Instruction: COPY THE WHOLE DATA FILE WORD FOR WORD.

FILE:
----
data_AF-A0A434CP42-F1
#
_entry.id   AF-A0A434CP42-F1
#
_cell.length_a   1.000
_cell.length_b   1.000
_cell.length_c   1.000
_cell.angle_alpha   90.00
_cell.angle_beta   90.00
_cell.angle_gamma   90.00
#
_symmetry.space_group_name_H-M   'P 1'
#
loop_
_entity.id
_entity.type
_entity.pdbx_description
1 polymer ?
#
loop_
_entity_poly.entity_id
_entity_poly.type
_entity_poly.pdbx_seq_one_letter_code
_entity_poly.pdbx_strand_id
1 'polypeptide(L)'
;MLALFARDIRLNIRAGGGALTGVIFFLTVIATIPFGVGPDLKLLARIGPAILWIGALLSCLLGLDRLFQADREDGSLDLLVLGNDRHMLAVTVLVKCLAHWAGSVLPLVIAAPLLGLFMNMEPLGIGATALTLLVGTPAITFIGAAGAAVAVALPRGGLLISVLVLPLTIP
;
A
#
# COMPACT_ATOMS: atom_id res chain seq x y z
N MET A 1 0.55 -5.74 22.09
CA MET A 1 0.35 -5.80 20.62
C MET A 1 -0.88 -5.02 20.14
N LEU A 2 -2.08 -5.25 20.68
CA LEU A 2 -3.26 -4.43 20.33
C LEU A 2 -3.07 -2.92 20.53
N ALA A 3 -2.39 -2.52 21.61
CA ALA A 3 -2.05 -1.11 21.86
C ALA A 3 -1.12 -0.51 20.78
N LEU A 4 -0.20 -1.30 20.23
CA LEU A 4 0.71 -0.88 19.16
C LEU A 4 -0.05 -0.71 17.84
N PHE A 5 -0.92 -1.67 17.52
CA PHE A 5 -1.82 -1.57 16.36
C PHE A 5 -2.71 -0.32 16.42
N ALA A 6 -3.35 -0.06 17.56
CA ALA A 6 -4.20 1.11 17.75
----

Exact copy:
data_AF-A0A434CP42-F1
#
_entry.id   AF-A0A434CP42-F1
#
_cell.length_a   1.000
_cell.length_b   1.000
_cell.length_c   1.000
_cell.angle_alpha   90.00
_cell.angle_beta   90.00
_cell.angle_gamma   90.00
#
_symmetry.space_group_name_H-M   'P 1'
#
loop_
_entity.id
_entity.type
_entity.pdbx_description
1 polymer ?
#
loop_
_entity_poly.entity_id
_entity_poly.type
_entity_poly.pdbx_seq_one_letter_code
_entity_poly.pdbx_strand_id
1 'polypeptide(L)'
;MLALFARDIRLNIRAGGGALTGVIFFLTVIATIPFGVGPDLKLLARIGPAILWIGALLSCLLGLDRLFQADREDGSLDLLVLGNDRHMLAVTVLVKCLAHWAGSVLPLVIAAPLLGLFMNMEPLGIGATALTLLVGTPAITFIGAAGAAVAVALPRGGLLISVLVLPLTIP
;
A
#
# COMPACT_ATOMS: atom_id res chain seq x y z
N MET A 1 0.55 -5.74 22.09
CA MET A 1 0.35 -5.80 20.62
C MET A 1 -0.88 -5.02 20.14
N LEU A 2 -2.08 -5.25 20.68
CA LEU A 2 -3.26 -4.43 20.33
C LEU A 2 -3.07 -2.92 20.53
N ALA A 3 -2.39 -2.52 21.61
CA ALA A 3 -2.05 -1.11 21.86
C ALA A 3 -1.12 -0.51 20.78
N LEU A 4 -0.20 -1.30 20.23
CA LEU A 4 0.71 -0.88 19.16
C LEU A 4 -0.05 -0.71 17.84
N PHE A 5 -0.92 -1.67 17.52
CA PHE A 5 -1.82 -1.57 16.36
C PHE A 5 -2.71 -0.32 16.42
N ALA A 6 -3.35 -0.06 17.56
CA ALA A 6 -4.20 1.11 17.75